Small Idaho airport fails FAA standards
The Times-News reports that Federal Aviation Administration officials say a new $520,000 study to examine the J.R. “Jack” Simplot Airport in Burley and two possible relocation sites will be the last study they fund. The FAA grant for the study requires a match of about $37,000 from the city of Burley and a $20,000 match from the state.
Steve Englebrech, a civil engineer and project manager for the FAA, said both runways at the airport lack appropriate safety zones and graded emergency areas. They also lack obstacle-free zones at the end of the runways — those areas contain fences, railroad tracks, a highway, buildings and the Snake River. The 4,000-foot runways also fall short of FAA’s length recommendations.
If the airport isn’t moved or fixed, it could lose federal funding. That would mean the city of Burley would have to pick up the cost of operating the airport or close the facility down.
“I think it would be very problematic to the commerce of our area if the airport closed,” said pilot Kim Hansen, owner of Kim Hansen Chevrolet. “I’m very concerned as a businessman. We cannot lose our airport.”
Many people are unaware of how much commerce happens at the airport, with package deliveries and chartered flights for business people who need to be in Denver that afternoon, said Hansen, who uses the airport for recreational and business flights.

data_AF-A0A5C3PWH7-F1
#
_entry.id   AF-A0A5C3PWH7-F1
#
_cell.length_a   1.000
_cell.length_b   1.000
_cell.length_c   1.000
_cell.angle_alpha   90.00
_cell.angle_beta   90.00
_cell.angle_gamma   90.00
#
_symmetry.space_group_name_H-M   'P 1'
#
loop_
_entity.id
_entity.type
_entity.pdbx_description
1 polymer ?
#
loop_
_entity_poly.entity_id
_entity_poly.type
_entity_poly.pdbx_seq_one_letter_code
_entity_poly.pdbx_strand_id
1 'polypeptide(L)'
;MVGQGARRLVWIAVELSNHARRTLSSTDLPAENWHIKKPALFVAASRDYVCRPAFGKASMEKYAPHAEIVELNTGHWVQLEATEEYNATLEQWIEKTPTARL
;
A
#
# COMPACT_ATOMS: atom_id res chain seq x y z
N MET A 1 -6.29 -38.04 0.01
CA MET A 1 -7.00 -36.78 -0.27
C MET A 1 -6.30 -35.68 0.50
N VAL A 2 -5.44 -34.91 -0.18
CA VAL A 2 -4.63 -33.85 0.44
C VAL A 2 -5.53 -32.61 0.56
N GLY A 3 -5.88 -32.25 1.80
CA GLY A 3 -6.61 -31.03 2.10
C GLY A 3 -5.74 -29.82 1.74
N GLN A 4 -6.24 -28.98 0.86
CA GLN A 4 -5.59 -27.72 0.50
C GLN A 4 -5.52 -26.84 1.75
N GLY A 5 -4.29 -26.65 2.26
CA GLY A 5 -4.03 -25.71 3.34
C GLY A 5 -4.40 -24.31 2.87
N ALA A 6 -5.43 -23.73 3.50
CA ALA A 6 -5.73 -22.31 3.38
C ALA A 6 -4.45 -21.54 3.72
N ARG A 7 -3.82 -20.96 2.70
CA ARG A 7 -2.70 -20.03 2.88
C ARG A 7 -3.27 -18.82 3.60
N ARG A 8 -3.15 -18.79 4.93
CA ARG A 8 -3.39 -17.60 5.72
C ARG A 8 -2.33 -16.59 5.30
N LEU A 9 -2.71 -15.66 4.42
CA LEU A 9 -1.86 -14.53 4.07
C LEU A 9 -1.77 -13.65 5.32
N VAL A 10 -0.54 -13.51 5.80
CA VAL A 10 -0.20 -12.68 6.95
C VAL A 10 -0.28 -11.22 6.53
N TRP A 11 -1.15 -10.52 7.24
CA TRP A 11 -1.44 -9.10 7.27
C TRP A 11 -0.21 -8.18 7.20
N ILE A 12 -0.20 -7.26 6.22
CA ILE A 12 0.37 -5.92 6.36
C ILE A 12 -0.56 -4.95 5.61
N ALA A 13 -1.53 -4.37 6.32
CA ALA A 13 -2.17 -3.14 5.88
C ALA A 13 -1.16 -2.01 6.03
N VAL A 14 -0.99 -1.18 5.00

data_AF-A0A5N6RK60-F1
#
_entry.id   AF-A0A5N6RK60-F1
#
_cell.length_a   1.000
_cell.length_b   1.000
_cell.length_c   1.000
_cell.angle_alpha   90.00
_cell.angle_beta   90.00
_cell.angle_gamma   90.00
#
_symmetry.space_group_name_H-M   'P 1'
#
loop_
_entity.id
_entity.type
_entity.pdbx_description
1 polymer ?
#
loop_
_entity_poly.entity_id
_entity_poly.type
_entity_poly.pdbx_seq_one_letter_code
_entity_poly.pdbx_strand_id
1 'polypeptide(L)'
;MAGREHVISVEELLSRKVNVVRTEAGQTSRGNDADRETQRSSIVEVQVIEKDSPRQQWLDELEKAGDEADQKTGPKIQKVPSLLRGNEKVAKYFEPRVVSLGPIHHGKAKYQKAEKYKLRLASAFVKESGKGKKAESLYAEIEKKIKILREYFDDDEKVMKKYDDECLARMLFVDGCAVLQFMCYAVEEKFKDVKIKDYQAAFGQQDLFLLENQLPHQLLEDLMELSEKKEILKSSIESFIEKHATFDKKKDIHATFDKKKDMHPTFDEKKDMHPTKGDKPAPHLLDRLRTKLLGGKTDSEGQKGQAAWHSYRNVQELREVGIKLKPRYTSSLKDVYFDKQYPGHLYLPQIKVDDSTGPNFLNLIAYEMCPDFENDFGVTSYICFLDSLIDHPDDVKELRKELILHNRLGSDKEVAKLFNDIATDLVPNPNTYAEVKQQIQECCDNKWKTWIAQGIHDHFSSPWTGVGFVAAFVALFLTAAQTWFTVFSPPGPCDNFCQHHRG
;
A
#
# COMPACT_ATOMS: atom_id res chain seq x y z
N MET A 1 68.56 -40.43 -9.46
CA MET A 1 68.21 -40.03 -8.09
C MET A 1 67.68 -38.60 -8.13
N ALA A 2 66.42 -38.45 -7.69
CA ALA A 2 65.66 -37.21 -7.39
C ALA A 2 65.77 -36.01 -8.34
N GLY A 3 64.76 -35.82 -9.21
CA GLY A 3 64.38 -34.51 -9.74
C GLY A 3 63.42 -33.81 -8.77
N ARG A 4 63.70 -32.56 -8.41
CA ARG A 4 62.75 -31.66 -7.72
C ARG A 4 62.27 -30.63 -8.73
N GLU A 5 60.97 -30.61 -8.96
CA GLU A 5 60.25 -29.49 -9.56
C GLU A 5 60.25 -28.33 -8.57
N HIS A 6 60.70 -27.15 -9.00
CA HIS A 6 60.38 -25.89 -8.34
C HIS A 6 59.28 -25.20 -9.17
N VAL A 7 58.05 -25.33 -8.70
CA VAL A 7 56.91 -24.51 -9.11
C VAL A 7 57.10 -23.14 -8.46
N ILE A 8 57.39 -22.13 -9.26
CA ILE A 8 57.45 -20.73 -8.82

The city has already tried to find new airport sites, but previous attempts have been thwarted by land-use disagreements, mainly over agricultural land. This time, the FAA will review two sites further from the current airport, on poor farm ground near the interchange between Interstates 84 and 86, and on a parcel mainly owned by the U.S. Bureau of Land Management.
The Burley Airport Users Association, formed by local pilots, can’t support either site, as both are remote and lack services, said association President Jack Hunsaker, a local business owner.
“If they put the airport at either of the sites, I’ll just start going to Twin Falls because the airport will be so difficult to access,” Hunsaker said.
Pilots would have trouble landing at the interstates interchange site because of crosswinds off Cottrell Ridge, he said.
The study will take about a year to complete.
Our new comment system is not supported in IE 7. Please upgrade your browser here.